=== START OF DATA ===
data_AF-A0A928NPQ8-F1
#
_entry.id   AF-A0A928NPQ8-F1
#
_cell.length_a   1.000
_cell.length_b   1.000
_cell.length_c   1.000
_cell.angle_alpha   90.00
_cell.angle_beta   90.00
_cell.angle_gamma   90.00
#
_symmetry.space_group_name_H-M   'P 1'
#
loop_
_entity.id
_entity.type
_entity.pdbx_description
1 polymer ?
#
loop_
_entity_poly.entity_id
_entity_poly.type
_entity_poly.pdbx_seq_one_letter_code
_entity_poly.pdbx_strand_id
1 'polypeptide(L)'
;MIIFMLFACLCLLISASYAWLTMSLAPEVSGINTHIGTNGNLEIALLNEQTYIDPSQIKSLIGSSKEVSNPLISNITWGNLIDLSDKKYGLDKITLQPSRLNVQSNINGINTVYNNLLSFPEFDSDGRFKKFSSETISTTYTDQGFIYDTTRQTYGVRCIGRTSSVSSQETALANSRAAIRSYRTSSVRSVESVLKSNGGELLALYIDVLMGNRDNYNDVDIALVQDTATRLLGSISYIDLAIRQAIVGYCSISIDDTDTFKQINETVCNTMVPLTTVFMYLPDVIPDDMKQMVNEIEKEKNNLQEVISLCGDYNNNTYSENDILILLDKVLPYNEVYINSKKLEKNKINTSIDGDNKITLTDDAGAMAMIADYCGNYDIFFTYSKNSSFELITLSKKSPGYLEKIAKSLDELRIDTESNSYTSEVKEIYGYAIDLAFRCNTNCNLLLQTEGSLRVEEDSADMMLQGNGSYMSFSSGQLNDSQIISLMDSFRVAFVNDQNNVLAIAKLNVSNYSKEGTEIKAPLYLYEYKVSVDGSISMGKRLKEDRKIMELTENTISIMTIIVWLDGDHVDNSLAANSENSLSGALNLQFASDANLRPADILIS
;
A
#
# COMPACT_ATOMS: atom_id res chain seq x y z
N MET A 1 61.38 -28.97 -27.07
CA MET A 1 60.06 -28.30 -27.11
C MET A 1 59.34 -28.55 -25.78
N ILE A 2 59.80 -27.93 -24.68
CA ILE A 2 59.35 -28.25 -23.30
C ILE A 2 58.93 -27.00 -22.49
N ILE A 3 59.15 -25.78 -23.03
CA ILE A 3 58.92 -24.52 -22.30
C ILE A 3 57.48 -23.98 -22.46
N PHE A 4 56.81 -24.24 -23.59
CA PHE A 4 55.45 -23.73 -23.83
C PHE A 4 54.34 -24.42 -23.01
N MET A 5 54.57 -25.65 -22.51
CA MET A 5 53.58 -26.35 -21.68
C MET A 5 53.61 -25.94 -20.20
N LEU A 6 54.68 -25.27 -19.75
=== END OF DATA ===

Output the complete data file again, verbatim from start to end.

data_AF-A0A928NPQ8-F1
#
_entry.id   AF-A0A928NPQ8-F1
#
_cell.length_a   1.000
_cell.length_b   1.000
_cell.length_c   1.000
_cell.angle_alpha   90.00
_cell.angle_beta   90.00
_cell.angle_gamma   90.00
#
_symmetry.space_group_name_H-M   'P 1'
#
loop_
_entity.id
_entity.type
_entity.pdbx_description
1 polymer ?
#
loop_
_entity_poly.entity_id
_entity_poly.type
_entity_poly.pdbx_seq_one_letter_code
_entity_poly.pdbx_strand_id
1 'polypeptide(L)'
;MIIFMLFACLCLLISASYAWLTMSLAPEVSGINTHIGTNGNLEIALLNEQTYIDPSQIKSLIGSSKEVSNPLISNITWGNLIDLSDKKYGLDKITLQPSRLNVQSNINGINTVYNNLLSFPEFDSDGRFKKFSSETISTTYTDQGFIYDTTRQTYGVRCIGRTSSVSSQETALANSRAAIRSYRTSSVRSVESVLKSNGGELLALYIDVLMGNRDNYNDVDIALVQDTATRLLGSISYIDLAIRQAIVGYCSISIDDTDTFKQINETVCNTMVPLTTVFMYLPDVIPDDMKQMVNEIEKEKNNLQEVISLCGDYNNNTYSENDILILLDKVLPYNEVYINSKKLEKNKINTSIDGDNKITLTDDAGAMAMIADYCGNYDIFFTYSKNSSFELITLSKKSPGYLEKIAKSLDELRIDTESNSYTSEVKEIYGYAIDLAFRCNTNCNLLLQTEGSLRVEEDSADMMLQGNGSYMSFSSGQLNDSQIISLMDSFRVAFVNDQNNVLAIAKLNVSNYSKEGTEIKAPLYLYEYKVSVDGSISMGKRLKEDRKIMELTENTISIMTIIVWLDGDHVDNSLAANSENSLSGALNLQFASDANLRPADILIS
;
A
#
# COMPACT_ATOMS: atom_id res chain seq x y z
N MET A 1 61.38 -28.97 -27.07
CA MET A 1 60.06 -28.30 -27.11
C MET A 1 59.34 -28.55 -25.78
N ILE A 2 59.80 -27.93 -24.68
CA ILE A 2 59.35 -28.25 -23.30
C ILE A 2 58.93 -27.00 -22.49
N ILE A 3 59.15 -25.78 -23.03
CA ILE A 3 58.92 -24.52 -22.30
C ILE A 3 57.48 -23.98 -22.46
N PHE A 4 56.81 -24.24 -23.59
CA PHE A 4 55.45 -23.73 -23.83
C PHE A 4 54.34 -24.42 -23.01
N MET A 5 54.57 -25.65 -22.51
CA MET A 5 53.58 -26.35 -21.68
C MET A 5 53.61 -25.94 -20.20
N LEU A 6 54.68 -25.27 -19.75